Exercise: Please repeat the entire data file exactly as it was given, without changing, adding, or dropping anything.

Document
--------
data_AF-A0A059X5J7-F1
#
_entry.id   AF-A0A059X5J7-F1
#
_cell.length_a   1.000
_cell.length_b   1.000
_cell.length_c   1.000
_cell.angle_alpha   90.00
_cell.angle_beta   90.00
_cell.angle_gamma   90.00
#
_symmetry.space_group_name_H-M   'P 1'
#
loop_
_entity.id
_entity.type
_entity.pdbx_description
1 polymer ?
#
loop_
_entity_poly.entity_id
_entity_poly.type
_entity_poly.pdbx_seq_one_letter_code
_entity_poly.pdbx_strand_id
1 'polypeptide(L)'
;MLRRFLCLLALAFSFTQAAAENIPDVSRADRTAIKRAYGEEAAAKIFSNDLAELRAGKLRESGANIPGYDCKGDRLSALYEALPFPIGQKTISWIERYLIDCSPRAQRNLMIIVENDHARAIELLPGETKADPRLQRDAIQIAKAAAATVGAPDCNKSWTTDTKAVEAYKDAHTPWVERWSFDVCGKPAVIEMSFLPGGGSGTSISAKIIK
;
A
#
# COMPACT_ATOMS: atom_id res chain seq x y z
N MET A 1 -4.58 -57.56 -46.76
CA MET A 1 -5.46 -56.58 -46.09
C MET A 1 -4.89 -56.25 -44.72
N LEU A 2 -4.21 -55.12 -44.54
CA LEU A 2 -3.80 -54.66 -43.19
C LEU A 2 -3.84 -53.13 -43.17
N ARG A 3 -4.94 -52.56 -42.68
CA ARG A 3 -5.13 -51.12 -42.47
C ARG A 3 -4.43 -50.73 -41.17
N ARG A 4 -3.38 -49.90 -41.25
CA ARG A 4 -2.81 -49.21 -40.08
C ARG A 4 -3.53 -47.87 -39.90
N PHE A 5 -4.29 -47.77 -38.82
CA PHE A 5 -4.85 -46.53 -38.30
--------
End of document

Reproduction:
data_AF-A0A059X5J7-F1
#
_entry.id   AF-A0A059X5J7-F1
#
_cell.length_a   1.000
_cell.length_b   1.000
_cell.length_c   1.000
_cell.angle_alpha   90.00
_cell.angle_beta   90.00
_cell.angle_gamma   90.00
#
_symmetry.space_group_name_H-M   'P 1'
#
loop_
_entity.id
_entity.type
_entity.pdbx_description
1 polymer ?
#
loop_
_entity_poly.entity_id
_entity_poly.type
_entity_poly.pdbx_seq_one_letter_code
_entity_poly.pdbx_strand_id
1 'polypeptide(L)'
;MLRRFLCLLALAFSFTQAAAENIPDVSRADRTAIKRAYGEEAAAKIFSNDLAELRAGKLRESGANIPGYDCKGDRLSALYEALPFPIGQKTISWIERYLIDCSPRAQRNLMIIVENDHARAIELLPGETKADPRLQRDAIQIAKAAAATVGAPDCNKSWTTDTKAVEAYKDAHTPWVERWSFDVCGKPAVIEMSFLPGGGSGTSISAKIIK
;
A
#
# COMPACT_ATOMS: atom_id res chain seq x y z
N MET A 1 -4.58 -57.56 -46.76
CA MET A 1 -5.46 -56.58 -46.09
C MET A 1 -4.89 -56.25 -44.72
N LEU A 2 -4.21 -55.12 -44.54
CA LEU A 2 -3.80 -54.66 -43.19
C LEU A 2 -3.84 -53.13 -43.17
N ARG A 3 -4.94 -52.56 -42.68
CA ARG A 3 -5.13 -51.12 -42.47
C ARG A 3 -4.43 -50.73 -41.17
N ARG A 4 -3.38 -49.90 -41.25
CA ARG A 4 -2.81 -49.21 -40.08
C ARG A 4 -3.53 -47.87 -39.90
N PHE A 5 -4.29 -47.77 -38.82
CA PHE A 5 -4.85 -46.53 -38.30